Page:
Ever felt provoked, defeated, or angry with one of your children?
Ever thought: Why does he have to be so difficult all of the time?
Ever said: “Oh yes, you will young man! That’s it, I’ve had it”?
If so, you’ve experienced a power struggle, and what an uncomfortable feeling it is. How can those little people make us so angry and wield so much power over us at the same time?
It’s easy, because we love them and we want so much for them to do the right thing. Nobody else’s children can do that to us.
Here are some tools to help with power struggles and temper tantrums:
- Stop fighting and stop giving in. Say, “I love you too much to fight. I’m not willing to discuss this while we are both upset.”
- Disengage. Wait until the storm has blown over and then find a calm time to discuss what happened and why.
- Find alternatives to ‘no’. Try saying “Yes, you may have that cookie after dinner.” Instead of saying “No, you can’t have that cookie right now.”
- Negotiate. Work on a respectful, problem-solving approach before the situation gets out of hand.
- Give more responsibility to your child. Capable contributions such as helping to cut sandwiches are valued.
- Create a ‘feel better’ space with your children. Fill that space with cushions, books, a blankie, snack, quiet music and embrace a positive attitude about a Time-Out. Even if they refuse, model the behaviour and take a ‘feel better’ moment yourself.
- Use 10 words or less. One is best, such as: “Toys” (left on the floor) “Towels.” (dropped on the ground). “Homework” (still waiting to be done).
- Ask for help and cooperation. Say, “I can’t make you, but I really need your help”. Keep it under 10 words. Give a choice (that you can live with) and stick to it.
Look for some more tips next month.
has helped thousands of families in the GTA over the past 20 years. Their experienced team provides you with the life skills necessary for raising caring, cooperative and responsible children. For more courses and testimonials, visit www.parentingnetwork.ca
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Do you have a picky eater you’re trying to feed? Do you worry they’re either going to die of malnutrition, or from choking as you force food down their resisting throat?
Here are 10 tips that should help:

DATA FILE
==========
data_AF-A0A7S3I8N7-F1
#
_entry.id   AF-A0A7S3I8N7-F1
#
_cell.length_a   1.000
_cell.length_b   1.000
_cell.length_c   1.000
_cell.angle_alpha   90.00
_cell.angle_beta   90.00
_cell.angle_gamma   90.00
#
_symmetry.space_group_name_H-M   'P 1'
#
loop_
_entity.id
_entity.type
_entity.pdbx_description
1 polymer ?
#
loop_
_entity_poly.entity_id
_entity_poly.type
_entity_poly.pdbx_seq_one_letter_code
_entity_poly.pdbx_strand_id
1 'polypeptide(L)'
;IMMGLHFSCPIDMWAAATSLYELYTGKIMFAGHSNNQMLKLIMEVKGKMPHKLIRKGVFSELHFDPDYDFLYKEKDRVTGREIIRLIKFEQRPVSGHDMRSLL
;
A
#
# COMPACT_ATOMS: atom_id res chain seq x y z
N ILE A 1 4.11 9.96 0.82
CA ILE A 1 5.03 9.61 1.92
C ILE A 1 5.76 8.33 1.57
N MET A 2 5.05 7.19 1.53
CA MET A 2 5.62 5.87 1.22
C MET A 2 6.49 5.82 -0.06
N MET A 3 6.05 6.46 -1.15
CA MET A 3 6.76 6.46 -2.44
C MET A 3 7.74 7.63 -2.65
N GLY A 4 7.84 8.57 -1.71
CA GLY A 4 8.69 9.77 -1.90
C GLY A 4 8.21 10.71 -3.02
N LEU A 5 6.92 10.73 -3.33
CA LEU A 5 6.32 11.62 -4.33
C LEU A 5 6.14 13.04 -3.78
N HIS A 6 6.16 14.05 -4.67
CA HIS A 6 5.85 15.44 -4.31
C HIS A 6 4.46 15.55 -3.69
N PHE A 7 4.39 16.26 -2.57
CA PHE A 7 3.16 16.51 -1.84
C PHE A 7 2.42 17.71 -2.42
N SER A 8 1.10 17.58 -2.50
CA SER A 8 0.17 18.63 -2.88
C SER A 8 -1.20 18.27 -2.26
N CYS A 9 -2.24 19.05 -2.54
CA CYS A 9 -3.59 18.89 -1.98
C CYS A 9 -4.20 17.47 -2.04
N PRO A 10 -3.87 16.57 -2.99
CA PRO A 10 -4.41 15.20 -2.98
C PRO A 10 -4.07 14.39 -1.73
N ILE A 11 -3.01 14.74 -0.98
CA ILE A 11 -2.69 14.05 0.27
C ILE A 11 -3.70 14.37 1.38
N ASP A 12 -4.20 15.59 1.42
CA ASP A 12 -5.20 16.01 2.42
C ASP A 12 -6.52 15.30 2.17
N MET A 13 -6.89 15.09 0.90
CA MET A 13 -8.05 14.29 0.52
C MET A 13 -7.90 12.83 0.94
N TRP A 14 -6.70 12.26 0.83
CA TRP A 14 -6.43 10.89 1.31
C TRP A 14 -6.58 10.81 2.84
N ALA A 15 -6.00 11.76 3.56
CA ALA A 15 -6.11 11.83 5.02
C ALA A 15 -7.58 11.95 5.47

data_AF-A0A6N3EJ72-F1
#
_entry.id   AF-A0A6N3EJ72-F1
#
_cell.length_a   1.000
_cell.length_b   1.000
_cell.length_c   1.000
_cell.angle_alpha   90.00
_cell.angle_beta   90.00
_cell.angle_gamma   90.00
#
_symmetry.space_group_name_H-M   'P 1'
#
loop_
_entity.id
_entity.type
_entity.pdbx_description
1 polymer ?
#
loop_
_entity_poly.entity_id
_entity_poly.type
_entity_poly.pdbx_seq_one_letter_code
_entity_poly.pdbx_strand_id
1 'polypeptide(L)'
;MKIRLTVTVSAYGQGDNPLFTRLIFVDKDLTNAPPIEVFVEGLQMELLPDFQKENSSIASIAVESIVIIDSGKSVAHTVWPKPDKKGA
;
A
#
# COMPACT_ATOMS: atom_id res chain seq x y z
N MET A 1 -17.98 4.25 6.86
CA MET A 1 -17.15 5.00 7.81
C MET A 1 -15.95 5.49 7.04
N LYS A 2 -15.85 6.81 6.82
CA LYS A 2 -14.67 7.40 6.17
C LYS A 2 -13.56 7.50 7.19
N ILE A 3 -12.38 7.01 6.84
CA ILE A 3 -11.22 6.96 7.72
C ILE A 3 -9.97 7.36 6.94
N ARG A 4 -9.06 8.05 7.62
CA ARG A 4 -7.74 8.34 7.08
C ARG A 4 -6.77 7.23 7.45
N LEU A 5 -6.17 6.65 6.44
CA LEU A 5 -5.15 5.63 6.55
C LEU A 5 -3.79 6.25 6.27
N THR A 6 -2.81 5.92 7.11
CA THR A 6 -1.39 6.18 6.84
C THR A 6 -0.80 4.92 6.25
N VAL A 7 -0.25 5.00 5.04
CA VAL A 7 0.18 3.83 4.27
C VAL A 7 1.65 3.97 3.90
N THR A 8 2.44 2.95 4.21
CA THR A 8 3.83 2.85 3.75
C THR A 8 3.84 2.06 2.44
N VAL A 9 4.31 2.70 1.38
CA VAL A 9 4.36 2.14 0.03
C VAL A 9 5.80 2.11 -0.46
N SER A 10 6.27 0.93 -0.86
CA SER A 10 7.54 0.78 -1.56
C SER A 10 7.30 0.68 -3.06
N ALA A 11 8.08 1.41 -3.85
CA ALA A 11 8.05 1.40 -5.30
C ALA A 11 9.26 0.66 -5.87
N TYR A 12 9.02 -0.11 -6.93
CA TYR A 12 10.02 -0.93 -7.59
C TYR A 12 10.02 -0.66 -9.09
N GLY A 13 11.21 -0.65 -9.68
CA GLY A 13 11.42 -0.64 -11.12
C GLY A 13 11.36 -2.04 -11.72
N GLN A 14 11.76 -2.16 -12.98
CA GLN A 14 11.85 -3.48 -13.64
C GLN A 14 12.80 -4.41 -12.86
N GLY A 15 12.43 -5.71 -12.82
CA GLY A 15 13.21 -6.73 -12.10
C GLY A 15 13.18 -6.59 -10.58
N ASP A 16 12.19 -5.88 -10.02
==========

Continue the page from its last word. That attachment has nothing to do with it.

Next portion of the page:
- Make doctor’s appointments. If you are truly worried about your child’s health, increase your check-ups with the doctor. Between check-ups, stop worrying! You’ll have better success in expanding their eating repertoire if you are not anxious about it. This could take years. My advice? Your kid takes a vitamin pill, you take a chill pill.
- Stop labeling. ‘Picky eater’ is a negative label. If we toss it around too frequently, and spend too much time discussing the eating habits of our kids, they’ll start to wear this label proudly and permanently. In fact, they’ll live up to your expectations. It’s as if they are saying “I can’t try that! I’m a picky eater!” If you must refer to their eating habits, how about the more positive approach: “You have such a discriminating palate—perhaps you’ll be a chef or food critic one day!”
- Honour diversity. We now know that children are born with variations in their tastebud density and sensitivity, as well as having different enzymes that are responsible for the perception of flavours in food. So we don’t all experience the same thing when we take a bite of broccoli. Children with texture issues may not like eating tomatoes and bananas, but they also could have other sensory issues, like troubles with waistbands, and the ribbing on socks. Be empathetic to these issues. Life will be tougher for these guys, but let them know you believe they can manage!
- Diversity is no excuse for being uncooperative. Our heredity determines how our kids are wired, but it doesn’t determine how they act socially. Does your child fight to get their preferred meal choice and demand special service? Does your child think their food preferences make them ‘special’ because they always require separate consideration? Or does your child work to adapt and deal with the needs of the situation without unduly leaning on or disturbing others? THAT is our goal.
- Maximize exposure. You must be adamant about exposure to foods, even if they don’t eat them. Let them leave it on their plate politely. That is teaching them good manners.
- Get creative. Try preparing food different ways. A frozen corn kernel tastes different from a canned corn kernel or corn on the cob.
- Timing counts. Children seem hungriest late afternoon. Snacks during this time should be comprised of items they may be less likely to eat. Plus, snacks are usually eaten without an audience. They maybe more likely to try a bite behind your back.
- Get them involved. Have your child participate in both meal planning and preparation. They’ll feel empowered and will be more interested in eating what they have ownership over.
- Try communal serving bowls. Each meal should have one item you know your child will eat. Put all the food on the table in serving dishes and let the children serve themselves. That way, if all they eat is the rice, you didn’t give them a special separate meal. They simply are deciding for themselves. They’re in control but also being cooperative. Bingo!
- Avoid the fights. Serve and enjoy good food while making dinner time happy. Don’t talk about what your children are eating. They can eat what is prepared or be excused.
Alyson Schafer is a psychotherapist and best-selling author of Honey, I Wrecked the Kids
, Breaking The Good Mom Myth
and Ain't Misbehavin'
. She is host of TV's "The Parenting Show" and an international speaker. Visit www.alysonschafer.com
for more parenting tips.